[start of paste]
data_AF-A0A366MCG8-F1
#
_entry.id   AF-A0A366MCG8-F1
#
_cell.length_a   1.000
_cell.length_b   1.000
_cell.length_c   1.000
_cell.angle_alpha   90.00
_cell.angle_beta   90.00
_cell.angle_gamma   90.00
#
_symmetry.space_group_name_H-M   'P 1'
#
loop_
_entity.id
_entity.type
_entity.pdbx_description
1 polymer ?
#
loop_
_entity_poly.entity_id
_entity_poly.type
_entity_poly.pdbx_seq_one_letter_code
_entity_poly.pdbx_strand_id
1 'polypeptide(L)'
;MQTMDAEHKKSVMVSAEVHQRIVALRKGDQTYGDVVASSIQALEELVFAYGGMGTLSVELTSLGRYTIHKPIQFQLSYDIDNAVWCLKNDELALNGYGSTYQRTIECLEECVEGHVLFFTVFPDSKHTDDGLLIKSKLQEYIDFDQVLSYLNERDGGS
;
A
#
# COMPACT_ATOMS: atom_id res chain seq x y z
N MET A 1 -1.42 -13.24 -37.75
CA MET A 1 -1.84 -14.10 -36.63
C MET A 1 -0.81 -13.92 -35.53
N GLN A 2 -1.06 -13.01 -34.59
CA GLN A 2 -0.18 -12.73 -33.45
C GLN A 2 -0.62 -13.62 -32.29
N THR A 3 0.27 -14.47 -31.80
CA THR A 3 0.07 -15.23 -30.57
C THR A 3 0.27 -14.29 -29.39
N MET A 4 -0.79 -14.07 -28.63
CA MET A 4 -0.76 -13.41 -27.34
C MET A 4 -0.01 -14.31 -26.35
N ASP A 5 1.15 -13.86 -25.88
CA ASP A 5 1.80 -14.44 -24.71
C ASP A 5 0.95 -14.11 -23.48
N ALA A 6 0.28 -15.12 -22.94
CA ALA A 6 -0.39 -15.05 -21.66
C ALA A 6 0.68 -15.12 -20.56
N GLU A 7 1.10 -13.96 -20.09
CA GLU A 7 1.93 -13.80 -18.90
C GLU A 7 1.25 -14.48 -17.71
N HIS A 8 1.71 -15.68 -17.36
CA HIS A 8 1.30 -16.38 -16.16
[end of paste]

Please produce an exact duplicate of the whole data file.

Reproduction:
data_AF-A0A366MCG8-F1
#
_entry.id   AF-A0A366MCG8-F1
#
_cell.length_a   1.000
_cell.length_b   1.000
_cell.length_c   1.000
_cell.angle_alpha   90.00
_cell.angle_beta   90.00
_cell.angle_gamma   90.00
#
_symmetry.space_group_name_H-M   'P 1'
#
loop_
_entity.id
_entity.type
_entity.pdbx_description
1 polymer ?
#
loop_
_entity_poly.entity_id
_entity_poly.type
_entity_poly.pdbx_seq_one_letter_code
_entity_poly.pdbx_strand_id
1 'polypeptide(L)'
;MQTMDAEHKKSVMVSAEVHQRIVALRKGDQTYGDVVASSIQALEELVFAYGGMGTLSVELTSLGRYTIHKPIQFQLSYDIDNAVWCLKNDELALNGYGSTYQRTIECLEECVEGHVLFFTVFPDSKHTDDGLLIKSKLQEYIDFDQVLSYLNERDGGS
;
A
#
# COMPACT_ATOMS: atom_id res chain seq x y z
N MET A 1 -1.42 -13.24 -37.75
CA MET A 1 -1.84 -14.10 -36.63
C MET A 1 -0.81 -13.92 -35.53
N GLN A 2 -1.06 -13.01 -34.59
CA GLN A 2 -0.18 -12.73 -33.45
C GLN A 2 -0.62 -13.62 -32.29
N THR A 3 0.27 -14.47 -31.80
CA THR A 3 0.07 -15.23 -30.57
C THR A 3 0.27 -14.29 -29.39
N MET A 4 -0.79 -14.07 -28.63
CA MET A 4 -0.76 -13.41 -27.34
C MET A 4 -0.01 -14.31 -26.35
N ASP A 5 1.15 -13.86 -25.88
CA ASP A 5 1.80 -14.44 -24.71
C ASP A 5 0.95 -14.11 -23.48
N ALA A 6 0.28 -15.12 -22.94
CA ALA A 6 -0.39 -15.05 -21.66
C ALA A 6 0.68 -15.12 -20.56
N GLU A 7 1.10 -13.96 -20.09
CA GLU A 7 1.93 -13.80 -18.90
C GLU A 7 1.25 -14.48 -17.71
N HIS A 8 1.71 -15.68 -17.36
CA HIS A 8 1.30 -16.38 -16.16